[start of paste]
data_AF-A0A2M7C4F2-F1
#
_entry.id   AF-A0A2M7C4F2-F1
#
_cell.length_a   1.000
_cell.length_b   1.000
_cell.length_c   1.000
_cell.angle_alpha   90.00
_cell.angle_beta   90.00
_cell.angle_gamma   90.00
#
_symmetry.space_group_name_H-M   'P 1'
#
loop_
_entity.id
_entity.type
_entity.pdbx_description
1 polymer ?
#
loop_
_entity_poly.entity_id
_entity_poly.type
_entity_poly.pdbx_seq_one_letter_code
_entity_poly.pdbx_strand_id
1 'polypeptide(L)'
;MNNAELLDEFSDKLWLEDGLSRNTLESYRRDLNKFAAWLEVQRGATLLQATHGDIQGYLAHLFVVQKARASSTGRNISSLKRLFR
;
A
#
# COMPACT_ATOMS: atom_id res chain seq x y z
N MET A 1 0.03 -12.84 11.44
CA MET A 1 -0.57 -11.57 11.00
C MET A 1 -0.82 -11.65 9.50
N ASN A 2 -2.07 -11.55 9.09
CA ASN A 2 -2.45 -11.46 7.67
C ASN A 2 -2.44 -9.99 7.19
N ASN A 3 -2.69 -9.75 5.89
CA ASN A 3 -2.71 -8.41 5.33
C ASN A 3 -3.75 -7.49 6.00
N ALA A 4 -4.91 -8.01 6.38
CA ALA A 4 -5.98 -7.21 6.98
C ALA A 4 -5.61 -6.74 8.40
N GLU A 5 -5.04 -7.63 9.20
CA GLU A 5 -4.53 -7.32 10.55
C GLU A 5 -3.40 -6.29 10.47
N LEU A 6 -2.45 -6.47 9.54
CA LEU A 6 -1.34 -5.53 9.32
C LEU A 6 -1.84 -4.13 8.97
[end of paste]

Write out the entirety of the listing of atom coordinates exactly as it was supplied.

data_AF-A0A2M7C4F2-F1
#
_entry.id   AF-A0A2M7C4F2-F1
#
_cell.length_a   1.000
_cell.length_b   1.000
_cell.length_c   1.000
_cell.angle_alpha   90.00
_cell.angle_beta   90.00
_cell.angle_gamma   90.00
#
_symmetry.space_group_name_H-M   'P 1'
#
loop_
_entity.id
_entity.type
_entity.pdbx_description
1 polymer ?
#
loop_
_entity_poly.entity_id
_entity_poly.type
_entity_poly.pdbx_seq_one_letter_code
_entity_poly.pdbx_strand_id
1 'polypeptide(L)'
;MNNAELLDEFSDKLWLEDGLSRNTLESYRRDLNKFAAWLEVQRGATLLQATHGDIQGYLAHLFVVQKARASSTGRNISSLKRLFR
;
A
#
# COMPACT_ATOMS: atom_id res chain seq x y z
N MET A 1 0.03 -12.84 11.44
CA MET A 1 -0.57 -11.57 11.00
C MET A 1 -0.82 -11.65 9.50
N ASN A 2 -2.07 -11.55 9.09
CA ASN A 2 -2.45 -11.46 7.67
C ASN A 2 -2.44 -9.99 7.19
N ASN A 3 -2.69 -9.75 5.89
CA ASN A 3 -2.71 -8.41 5.33
C ASN A 3 -3.75 -7.49 6.00
N ALA A 4 -4.91 -8.01 6.38
CA ALA A 4 -5.98 -7.21 6.98
C ALA A 4 -5.61 -6.74 8.40
N GLU A 5 -5.04 -7.63 9.20
CA GLU A 5 -4.53 -7.32 10.55
C GLU A 5 -3.40 -6.29 10.47
N LEU A 6 -2.45 -6.47 9.54
CA LEU A 6 -1.34 -5.53 9.32
C LEU A 6 -1.84 -4.13 8.97